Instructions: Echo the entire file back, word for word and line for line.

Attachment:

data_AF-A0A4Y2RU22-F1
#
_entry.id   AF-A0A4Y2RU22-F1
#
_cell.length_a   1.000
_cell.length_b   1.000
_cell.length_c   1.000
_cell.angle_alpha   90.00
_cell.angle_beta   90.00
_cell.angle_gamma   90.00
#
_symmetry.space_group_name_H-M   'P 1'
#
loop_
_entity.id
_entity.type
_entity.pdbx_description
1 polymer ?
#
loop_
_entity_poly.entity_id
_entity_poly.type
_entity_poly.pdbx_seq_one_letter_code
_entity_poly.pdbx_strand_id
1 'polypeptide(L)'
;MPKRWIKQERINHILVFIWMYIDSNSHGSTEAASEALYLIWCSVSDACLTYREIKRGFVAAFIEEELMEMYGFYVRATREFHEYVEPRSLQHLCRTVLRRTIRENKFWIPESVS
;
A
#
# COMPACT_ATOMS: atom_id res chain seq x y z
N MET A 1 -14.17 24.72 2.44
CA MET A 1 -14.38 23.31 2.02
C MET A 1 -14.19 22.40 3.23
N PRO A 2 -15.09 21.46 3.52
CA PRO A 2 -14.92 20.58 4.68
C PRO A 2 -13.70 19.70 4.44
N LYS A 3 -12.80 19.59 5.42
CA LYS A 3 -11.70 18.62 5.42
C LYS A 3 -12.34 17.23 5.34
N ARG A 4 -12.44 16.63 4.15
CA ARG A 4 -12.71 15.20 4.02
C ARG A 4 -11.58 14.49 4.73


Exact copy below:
data_AF-A0A4Y2RU22-F1
#
_entry.id   AF-A0A4Y2RU22-F1
#
_cell.length_a   1.000
_cell.length_b   1.000
_cell.length_c   1.000
_cell.angle_alpha   90.00
_cell.angle_beta   90.00
_cell.angle_gamma   90.00
#
_symmetry.space_group_name_H-M   'P 1'
#
loop_
_entity.id
_entity.type
_entity.pdbx_description
1 polymer ?
#
loop_
_entity_poly.entity_id
_entity_poly.type
_entity_poly.pdbx_seq_one_letter_code
_entity_poly.pdbx_strand_id
1 'polypeptide(L)'
;MPKRWIKQERINHILVFIWMYIDSNSHGSTEAASEALYLIWCSVSDACLTYREIKRGFVAAFIEEELMEMYGFYVRATREFHEYVEPRSLQHLCRTVLRRTIRENKFWIPESVS
;
A
#
# COMPACT_ATOMS: atom_id res chain seq x y z
N MET A 1 -14.17 24.72 2.44
CA MET A 1 -14.38 23.31 2.02
C MET A 1 -14.19 22.40 3.23
N PRO A 2 -15.09 21.46 3.52
CA PRO A 2 -14.92 20.58 4.68
C PRO A 2 -13.70 19.70 4.44
N LYS A 3 -12.80 19.59 5.42
CA LYS A 3 -11.70 18.62 5.42
C LYS A 3 -12.34 17.23 5.34
N ARG A 4 -12.44 16.63 4.15
CA ARG A 4 -12.71 15.20 4.02
C ARG A 4 -11.58 14.49 4.73